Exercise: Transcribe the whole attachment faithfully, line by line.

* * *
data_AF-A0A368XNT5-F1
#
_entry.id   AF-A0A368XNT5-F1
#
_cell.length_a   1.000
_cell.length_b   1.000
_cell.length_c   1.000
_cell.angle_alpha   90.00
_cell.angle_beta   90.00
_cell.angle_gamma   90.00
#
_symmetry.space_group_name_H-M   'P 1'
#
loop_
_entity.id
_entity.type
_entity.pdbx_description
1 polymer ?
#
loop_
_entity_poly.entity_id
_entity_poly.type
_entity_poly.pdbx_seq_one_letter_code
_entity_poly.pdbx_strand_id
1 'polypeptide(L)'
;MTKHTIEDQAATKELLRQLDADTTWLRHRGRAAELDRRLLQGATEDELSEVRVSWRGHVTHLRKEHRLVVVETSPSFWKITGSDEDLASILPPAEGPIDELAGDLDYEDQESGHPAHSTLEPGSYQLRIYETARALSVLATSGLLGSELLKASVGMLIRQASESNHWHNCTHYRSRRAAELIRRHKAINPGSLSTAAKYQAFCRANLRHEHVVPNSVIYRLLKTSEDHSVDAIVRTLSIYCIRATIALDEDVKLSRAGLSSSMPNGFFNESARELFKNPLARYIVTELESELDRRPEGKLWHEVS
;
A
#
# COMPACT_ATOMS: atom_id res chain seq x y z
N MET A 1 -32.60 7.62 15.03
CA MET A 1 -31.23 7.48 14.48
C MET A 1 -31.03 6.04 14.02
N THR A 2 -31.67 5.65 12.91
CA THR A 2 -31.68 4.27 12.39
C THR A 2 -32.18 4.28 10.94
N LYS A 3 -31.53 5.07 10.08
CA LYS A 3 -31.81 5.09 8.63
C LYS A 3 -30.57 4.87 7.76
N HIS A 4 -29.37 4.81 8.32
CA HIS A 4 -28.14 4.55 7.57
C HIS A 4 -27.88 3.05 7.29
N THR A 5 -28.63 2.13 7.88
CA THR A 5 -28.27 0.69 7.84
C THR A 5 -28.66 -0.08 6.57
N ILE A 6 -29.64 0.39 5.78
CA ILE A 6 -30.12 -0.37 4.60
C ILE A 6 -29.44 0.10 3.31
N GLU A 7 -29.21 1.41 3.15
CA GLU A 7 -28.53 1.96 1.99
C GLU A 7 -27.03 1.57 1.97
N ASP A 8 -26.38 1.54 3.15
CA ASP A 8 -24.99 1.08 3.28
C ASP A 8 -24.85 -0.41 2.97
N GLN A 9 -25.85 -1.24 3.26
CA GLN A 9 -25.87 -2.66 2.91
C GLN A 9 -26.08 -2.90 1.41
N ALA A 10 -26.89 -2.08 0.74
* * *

data_AF-A0A368XNT5-F1
#
_entry.id   AF-A0A368XNT5-F1
#
_cell.length_a   1.000
_cell.length_b   1.000
_cell.length_c   1.000
_cell.angle_alpha   90.00
_cell.angle_beta   90.00
_cell.angle_gamma   90.00
#
_symmetry.space_group_name_H-M   'P 1'
#
loop_
_entity.id
_entity.type
_entity.pdbx_description
1 polymer ?
#
loop_
_entity_poly.entity_id
_entity_poly.type
_entity_poly.pdbx_seq_one_letter_code
_entity_poly.pdbx_strand_id
1 'polypeptide(L)'
;MTKHTIEDQAATKELLRQLDADTTWLRHRGRAAELDRRLLQGATEDELSEVRVSWRGHVTHLRKEHRLVVVETSPSFWKITGSDEDLASILPPAEGPIDELAGDLDYEDQESGHPAHSTLEPGSYQLRIYETARALSVLATSGLLGSELLKASVGMLIRQASESNHWHNCTHYRSRRAAELIRRHKAINPGSLSTAAKYQAFCRANLRHEHVVPNSVIYRLLKTSEDHSVDAIVRTLSIYCIRATIALDEDVKLSRAGLSSSMPNGFFNESARELFKNPLARYIVTELESELDRRPEGKLWHEVS
;
A
#
# COMPACT_ATOMS: atom_id res chain seq x y z
N MET A 1 -32.60 7.62 15.03
CA MET A 1 -31.23 7.48 14.48
C MET A 1 -31.03 6.04 14.02
N THR A 2 -31.67 5.65 12.91
CA THR A 2 -31.68 4.27 12.39
C THR A 2 -32.18 4.28 10.94
N LYS A 3 -31.53 5.07 10.08
CA LYS A 3 -31.81 5.09 8.63
C LYS A 3 -30.57 4.87 7.76
N HIS A 4 -29.37 4.81 8.32
CA HIS A 4 -28.14 4.55 7.57
C HIS A 4 -27.88 3.05 7.29
N THR A 5 -28.63 2.13 7.88
CA THR A 5 -28.27 0.69 7.84
C THR A 5 -28.66 -0.08 6.57
N ILE A 6 -29.64 0.39 5.78
CA ILE A 6 -30.12 -0.37 4.60
C ILE A 6 -29.44 0.10 3.31
N GLU A 7 -29.21 1.41 3.15
CA GLU A 7 -28.53 1.96 1.99
C GLU A 7 -27.03 1.57 1.97
N ASP A 8 -26.38 1.54 3.15
CA ASP A 8 -24.99 1.08 3.28
C ASP A 8 -24.85 -0.41 2.97
N GLN A 9 -25.85 -1.24 3.26
CA GLN A 9 -25.87 -2.66 2.91
C GLN A 9 -26.08 -2.90 1.41
N ALA A 10 -26.89 -2.08 0.74